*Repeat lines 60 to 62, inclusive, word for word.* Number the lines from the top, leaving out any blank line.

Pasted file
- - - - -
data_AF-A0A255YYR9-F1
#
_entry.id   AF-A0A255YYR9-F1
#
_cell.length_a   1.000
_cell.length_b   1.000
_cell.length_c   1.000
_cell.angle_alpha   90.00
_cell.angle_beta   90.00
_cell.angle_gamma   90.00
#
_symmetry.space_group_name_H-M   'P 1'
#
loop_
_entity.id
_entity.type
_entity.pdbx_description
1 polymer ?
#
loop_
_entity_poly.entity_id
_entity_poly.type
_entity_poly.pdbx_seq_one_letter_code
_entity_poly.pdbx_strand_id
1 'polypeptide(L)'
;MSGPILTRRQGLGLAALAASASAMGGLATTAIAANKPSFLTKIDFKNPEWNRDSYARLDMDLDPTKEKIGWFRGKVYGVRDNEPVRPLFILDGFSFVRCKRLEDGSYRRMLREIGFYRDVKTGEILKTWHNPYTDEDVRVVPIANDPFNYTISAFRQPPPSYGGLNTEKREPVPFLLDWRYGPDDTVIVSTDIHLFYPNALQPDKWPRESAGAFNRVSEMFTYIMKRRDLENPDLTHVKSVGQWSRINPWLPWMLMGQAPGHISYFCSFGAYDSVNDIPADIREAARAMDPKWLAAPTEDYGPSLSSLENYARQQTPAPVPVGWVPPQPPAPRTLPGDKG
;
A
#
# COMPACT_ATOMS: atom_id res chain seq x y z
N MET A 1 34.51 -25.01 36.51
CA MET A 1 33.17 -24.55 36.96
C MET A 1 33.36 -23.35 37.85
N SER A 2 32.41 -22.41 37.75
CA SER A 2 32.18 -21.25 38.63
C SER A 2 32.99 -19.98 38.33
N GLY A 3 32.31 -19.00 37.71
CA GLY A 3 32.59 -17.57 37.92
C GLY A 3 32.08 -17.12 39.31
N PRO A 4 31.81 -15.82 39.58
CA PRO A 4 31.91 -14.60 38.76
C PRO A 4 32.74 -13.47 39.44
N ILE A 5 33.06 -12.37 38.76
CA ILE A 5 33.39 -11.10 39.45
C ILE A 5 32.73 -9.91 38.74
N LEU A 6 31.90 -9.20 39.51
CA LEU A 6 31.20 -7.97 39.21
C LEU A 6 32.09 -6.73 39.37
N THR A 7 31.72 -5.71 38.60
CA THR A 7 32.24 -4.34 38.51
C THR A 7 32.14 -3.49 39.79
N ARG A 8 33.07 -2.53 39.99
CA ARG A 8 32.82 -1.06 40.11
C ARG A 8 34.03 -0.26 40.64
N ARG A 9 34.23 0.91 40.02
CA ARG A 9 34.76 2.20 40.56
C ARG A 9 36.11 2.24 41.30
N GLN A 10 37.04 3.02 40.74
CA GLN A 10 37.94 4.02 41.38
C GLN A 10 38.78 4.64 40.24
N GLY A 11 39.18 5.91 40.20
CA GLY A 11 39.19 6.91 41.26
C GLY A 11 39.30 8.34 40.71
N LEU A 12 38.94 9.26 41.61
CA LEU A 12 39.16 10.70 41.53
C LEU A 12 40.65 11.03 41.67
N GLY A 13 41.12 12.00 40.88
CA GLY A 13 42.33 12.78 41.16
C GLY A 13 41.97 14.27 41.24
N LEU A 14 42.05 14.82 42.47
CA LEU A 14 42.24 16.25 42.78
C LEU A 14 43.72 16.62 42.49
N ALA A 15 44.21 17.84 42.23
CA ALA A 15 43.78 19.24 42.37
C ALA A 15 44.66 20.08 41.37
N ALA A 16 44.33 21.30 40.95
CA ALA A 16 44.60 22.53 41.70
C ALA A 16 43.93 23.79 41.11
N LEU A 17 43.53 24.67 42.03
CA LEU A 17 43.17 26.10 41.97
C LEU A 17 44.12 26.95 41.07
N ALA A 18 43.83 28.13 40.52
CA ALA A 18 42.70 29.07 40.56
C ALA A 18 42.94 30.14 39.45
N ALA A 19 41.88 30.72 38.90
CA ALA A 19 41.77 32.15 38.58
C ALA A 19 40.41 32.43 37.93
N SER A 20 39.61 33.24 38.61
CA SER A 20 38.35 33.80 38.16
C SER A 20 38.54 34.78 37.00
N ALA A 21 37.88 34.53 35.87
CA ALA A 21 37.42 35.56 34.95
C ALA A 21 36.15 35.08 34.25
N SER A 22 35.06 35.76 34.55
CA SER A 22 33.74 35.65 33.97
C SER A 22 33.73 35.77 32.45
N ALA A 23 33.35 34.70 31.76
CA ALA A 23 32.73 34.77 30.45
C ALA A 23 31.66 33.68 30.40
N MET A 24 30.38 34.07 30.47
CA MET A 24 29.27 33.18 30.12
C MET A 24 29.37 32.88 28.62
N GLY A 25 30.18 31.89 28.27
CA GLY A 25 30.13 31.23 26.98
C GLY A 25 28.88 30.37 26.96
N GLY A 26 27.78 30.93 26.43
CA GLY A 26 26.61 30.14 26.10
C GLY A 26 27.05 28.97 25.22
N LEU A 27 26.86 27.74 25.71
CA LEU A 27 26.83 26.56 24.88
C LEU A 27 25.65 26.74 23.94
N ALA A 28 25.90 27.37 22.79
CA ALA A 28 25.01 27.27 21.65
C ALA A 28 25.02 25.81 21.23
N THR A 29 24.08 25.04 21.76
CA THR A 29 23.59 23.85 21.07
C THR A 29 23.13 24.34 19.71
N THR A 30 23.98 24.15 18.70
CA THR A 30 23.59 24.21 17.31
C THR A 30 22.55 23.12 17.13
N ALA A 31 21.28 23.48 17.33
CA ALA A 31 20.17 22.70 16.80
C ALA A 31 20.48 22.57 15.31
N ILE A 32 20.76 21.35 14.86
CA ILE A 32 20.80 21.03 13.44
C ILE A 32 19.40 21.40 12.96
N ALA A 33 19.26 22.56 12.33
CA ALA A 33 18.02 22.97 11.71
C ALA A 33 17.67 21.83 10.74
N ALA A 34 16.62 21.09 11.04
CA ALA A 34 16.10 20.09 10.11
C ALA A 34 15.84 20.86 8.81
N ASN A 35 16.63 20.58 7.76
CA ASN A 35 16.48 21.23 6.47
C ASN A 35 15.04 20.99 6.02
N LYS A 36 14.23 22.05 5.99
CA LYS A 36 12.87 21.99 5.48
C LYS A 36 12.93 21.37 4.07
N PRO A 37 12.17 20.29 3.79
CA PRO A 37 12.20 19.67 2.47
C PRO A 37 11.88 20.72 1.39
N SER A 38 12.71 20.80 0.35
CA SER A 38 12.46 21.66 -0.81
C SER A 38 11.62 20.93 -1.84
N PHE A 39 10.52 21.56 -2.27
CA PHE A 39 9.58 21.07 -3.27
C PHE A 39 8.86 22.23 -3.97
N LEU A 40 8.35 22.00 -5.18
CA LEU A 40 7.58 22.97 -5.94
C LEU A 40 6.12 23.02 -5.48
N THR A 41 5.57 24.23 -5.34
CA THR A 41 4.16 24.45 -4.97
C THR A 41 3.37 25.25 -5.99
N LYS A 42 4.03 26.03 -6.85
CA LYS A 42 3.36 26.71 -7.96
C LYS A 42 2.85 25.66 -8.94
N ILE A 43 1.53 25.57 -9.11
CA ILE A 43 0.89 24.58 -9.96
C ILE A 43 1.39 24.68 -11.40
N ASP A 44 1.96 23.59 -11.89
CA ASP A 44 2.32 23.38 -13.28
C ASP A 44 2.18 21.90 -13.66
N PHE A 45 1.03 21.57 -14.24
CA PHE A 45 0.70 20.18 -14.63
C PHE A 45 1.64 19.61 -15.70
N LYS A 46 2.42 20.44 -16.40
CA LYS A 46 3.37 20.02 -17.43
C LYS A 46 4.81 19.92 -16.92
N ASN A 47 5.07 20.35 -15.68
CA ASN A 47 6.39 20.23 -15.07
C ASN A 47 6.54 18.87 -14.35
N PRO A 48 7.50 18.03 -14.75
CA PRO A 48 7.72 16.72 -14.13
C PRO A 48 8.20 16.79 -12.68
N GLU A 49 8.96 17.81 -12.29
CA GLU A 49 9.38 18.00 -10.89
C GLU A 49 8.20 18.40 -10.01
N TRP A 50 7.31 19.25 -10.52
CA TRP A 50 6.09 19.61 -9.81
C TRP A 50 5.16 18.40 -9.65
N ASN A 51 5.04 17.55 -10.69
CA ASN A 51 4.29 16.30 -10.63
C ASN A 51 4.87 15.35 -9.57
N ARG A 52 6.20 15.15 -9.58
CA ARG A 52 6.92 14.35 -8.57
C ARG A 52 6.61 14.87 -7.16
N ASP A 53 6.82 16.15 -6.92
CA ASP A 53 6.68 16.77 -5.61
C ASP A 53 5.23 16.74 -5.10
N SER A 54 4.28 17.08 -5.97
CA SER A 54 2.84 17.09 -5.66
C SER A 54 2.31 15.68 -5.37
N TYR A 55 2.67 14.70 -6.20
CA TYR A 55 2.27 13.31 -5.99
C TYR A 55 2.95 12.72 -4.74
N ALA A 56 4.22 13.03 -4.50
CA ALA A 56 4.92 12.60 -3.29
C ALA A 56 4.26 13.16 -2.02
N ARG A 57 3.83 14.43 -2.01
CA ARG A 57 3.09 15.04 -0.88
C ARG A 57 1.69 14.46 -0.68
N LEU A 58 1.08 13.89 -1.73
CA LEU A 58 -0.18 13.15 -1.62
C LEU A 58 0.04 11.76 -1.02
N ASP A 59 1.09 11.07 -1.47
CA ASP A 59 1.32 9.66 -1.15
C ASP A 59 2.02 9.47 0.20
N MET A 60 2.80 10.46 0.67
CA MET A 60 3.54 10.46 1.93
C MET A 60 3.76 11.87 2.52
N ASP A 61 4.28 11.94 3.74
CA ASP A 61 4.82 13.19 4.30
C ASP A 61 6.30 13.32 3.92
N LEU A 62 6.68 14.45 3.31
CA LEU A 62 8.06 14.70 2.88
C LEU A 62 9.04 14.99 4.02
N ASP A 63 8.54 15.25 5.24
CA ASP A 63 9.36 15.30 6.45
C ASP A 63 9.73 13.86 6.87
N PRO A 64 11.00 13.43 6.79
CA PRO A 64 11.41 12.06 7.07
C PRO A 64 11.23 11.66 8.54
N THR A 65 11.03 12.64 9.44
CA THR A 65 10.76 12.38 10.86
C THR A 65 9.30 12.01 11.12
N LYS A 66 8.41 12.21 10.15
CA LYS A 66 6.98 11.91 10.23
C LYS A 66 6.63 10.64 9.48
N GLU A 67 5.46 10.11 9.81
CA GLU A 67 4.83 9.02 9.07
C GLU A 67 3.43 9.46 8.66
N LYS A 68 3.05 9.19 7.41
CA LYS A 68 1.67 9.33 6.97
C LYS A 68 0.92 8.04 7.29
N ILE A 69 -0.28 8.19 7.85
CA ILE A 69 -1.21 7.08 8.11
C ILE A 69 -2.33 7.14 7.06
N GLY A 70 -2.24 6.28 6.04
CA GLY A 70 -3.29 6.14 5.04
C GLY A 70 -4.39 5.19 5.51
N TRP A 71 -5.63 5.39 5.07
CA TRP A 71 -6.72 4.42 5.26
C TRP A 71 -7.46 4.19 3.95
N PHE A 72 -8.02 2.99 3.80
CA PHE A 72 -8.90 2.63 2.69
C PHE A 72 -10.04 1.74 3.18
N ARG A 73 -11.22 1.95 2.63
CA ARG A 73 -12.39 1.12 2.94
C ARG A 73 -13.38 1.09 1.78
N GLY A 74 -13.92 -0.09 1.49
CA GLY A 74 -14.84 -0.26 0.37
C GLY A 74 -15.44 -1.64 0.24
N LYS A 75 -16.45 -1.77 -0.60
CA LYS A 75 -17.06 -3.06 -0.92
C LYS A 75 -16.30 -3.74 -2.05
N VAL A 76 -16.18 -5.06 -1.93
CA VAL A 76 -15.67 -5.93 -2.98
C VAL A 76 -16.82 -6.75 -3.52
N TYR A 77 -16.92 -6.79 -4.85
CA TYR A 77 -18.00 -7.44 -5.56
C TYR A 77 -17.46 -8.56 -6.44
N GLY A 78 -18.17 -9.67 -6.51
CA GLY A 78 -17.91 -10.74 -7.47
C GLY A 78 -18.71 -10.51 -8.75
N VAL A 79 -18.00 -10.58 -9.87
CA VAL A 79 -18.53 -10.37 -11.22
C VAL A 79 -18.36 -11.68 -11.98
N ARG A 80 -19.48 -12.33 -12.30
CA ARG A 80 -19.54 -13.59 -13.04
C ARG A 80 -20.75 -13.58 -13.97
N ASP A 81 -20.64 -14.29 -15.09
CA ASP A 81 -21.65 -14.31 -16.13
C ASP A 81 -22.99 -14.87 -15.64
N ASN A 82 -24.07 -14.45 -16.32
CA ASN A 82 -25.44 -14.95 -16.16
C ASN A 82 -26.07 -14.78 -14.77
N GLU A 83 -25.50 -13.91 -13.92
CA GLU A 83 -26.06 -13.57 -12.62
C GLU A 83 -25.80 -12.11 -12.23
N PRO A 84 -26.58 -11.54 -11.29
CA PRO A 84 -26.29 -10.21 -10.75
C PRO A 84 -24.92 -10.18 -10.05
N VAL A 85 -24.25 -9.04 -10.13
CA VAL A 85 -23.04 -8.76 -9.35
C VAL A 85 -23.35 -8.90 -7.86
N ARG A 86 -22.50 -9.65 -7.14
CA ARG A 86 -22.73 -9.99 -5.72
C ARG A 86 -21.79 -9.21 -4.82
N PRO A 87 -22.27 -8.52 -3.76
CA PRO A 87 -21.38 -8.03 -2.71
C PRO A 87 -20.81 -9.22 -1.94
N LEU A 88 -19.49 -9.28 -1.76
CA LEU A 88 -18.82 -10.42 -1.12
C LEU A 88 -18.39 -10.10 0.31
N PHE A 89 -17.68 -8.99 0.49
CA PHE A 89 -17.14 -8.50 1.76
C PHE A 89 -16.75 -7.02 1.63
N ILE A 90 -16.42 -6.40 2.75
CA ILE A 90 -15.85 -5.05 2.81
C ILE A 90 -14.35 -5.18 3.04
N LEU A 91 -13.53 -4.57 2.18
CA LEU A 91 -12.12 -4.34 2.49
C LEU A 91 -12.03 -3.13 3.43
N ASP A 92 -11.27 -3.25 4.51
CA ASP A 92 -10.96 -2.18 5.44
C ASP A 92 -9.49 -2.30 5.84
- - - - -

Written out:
C GLN A 10 38.78 4.64 40.24
N GLY A 11 39.18 5.91 40.20
CA GLY A 11 39.19 6.91 41.26